Late last month human bones were found protruding from the side of an eroding cliff on Prince Edward Island in Canada.
But it wasn’t a crime scene. The remains, discovered by a resident who was out for a walk along the western coast of the province, were most likely from a shipwreck that occurred about 150 years ago.
It’s also possible that the bones had previously been found and buried, said Scott Ferris, a spokesman for the Royal Canadian Mounted Police in Prince Edward Island. Hurricane Fiona, he added, caused erosion and damage to the island in 2022, raising the possibility that more similar remains could be found.
Authorities came to the conclusion that the bones most likely came from a shipwreck, largely by talking to locals familiar with the island’s history and reviewing historical accounts, said Cpl. Gavin Moore, another RCMP spokesperson in Prince Edward Island.
While an investigation is ongoing, Corporal Moore said the bones are unlikely to be linked to recent events.
But if local experts agree that a shipwreck is the most likely scenario, a question arises: which one?
Unfortunately, we will probably never know. There were simply too many shipwrecks in the area, many of which have been lost to history.
During the Age of Sail – a period from the 16th century to the 19th century in which sailing ships were commonly used for trade, travel and warfare – the seas around Prince Edward Island were very busy. Ships would come from New England to fish (cod and, later, mackerel). Others came for the thriving lumber trade.
As a result, there have been hundreds of shipwrecks around the island, said Edward MacDonald, a history professor at the University of Prince Edward Island. Not all wrecks were documented at the time and many have been lost to history.
For Prince Edward Island, the age of sail reached its peak between 1840 and 1880, when more than 3,000 wooden sailing ships were built on the island, Professor MacDonald said.
“If in fact the bones are from a shipwreck,” he said, “that speaks to P.E.I.’s marine history and its location in the middle of an important shipping route.”
Although bones are a relatively rare find on the island, shipwreck remains are found regularly, Professor MacDonald, who worked for the PEI Museum and Heritage Foundation, said in a telephone interview.
“Almost every year, a storm exposes the remains of a shipwreck on PEI,” he said. The reason, he added, is that “single incidents occurred all the time. Furthermore, ships are abandoned. It’s like abandoned cars.”
Some storms stand out in the province’s history. The Yankee storm of October 1851, for example, caused at least 74 shipwrecks and 150 victims.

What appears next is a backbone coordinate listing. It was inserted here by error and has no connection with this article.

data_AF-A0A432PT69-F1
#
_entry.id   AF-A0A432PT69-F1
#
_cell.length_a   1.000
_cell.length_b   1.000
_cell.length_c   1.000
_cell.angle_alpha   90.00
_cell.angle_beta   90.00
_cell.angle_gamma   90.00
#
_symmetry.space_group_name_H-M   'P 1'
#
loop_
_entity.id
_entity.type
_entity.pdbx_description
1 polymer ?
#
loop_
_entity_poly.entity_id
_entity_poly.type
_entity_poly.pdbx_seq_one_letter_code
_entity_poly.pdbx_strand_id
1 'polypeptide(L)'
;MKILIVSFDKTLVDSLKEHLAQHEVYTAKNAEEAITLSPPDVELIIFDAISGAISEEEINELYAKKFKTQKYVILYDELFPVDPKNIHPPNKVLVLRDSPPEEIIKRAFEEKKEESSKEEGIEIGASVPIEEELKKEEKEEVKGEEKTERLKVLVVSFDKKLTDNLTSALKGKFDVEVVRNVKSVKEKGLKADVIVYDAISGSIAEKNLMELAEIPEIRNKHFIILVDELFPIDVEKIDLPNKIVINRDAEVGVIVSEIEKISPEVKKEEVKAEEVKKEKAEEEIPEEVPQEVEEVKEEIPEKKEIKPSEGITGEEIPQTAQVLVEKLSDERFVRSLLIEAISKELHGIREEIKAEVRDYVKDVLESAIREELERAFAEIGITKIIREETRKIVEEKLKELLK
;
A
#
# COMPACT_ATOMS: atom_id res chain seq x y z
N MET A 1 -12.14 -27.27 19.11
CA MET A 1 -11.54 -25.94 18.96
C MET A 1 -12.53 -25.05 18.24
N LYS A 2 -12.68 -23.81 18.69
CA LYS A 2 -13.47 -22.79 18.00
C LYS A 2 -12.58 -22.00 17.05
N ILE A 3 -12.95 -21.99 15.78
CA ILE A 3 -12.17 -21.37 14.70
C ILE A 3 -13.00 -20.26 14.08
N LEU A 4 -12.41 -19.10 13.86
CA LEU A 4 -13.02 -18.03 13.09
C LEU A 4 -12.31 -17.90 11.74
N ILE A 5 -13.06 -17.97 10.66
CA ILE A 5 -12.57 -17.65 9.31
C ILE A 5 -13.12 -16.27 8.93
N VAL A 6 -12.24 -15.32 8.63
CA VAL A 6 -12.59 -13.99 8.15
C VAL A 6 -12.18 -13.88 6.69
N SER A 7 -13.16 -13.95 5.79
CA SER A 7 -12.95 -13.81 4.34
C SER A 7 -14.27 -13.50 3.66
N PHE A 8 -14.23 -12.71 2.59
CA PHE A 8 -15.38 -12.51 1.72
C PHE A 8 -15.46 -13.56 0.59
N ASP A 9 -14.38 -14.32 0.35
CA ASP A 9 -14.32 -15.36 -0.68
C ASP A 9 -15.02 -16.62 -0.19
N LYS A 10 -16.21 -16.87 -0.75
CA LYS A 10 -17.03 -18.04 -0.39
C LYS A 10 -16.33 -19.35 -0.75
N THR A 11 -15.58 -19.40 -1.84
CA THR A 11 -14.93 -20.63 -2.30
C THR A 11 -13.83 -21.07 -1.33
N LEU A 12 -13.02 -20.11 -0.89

It is unlikely, however, that the remains that emerged late last month were from one of those wrecks, because they were found on the other side of the island, Professor MacDonald said.
According to John Cousins, a folklorist who wrote a book about the island’s history, the area where the bones were found, at West Cape on the western side of the island, was dangerous for ships.
“There, the reef is shallow and dangerous,” he said. “The waters driven by the tide and wind become very rough and a sailing vessel, drawing perhaps 10 or 12 feet of water, could run aground there.”
Mr. Cousins, born and raised on Prince Edward Island, said in an email that he remembered a time when “there was no running water, no electricity, very few telephones and very few cars.” He said he went to his first movie “on horseback and in a carriage.”
People who died in shipwrecks were often buried near shore, rather than in a cemetery.
“With half a meter of erosion a year, they would just be washed away,” Cousins said. “This kind of thing has been common in the West Cape for generations.”
The possibility of more such discoveries is likely as the coast continues to erode and sea levels rise.
“I just think there are probably even more bones to reveal as the erosion occurs,” Paul Wood, who lives on top of the cliff where the bones were found, he told CBC.
It is not the first time human remains have been found in the area, authorities said. Similar discoveries occurred in 2002, as well as in the 1950s and 1960s, according to Corporal Moore, a police spokesman.
But the discovery of remains or remains of shipwrecks sparks a wave of interest across the island every time it happens.
“I’m still surprised when that happens now because the bluff has eroded hundreds of feet in some places,” Cousins said.
Professor MacDonald said these discoveries open a window into a vanished past, although they usually leave people with more questions than answers. But this can stimulate the imagination, he added, prompting people to complete the story themselves.
“And who,” he said, “doesn’t love a good story?”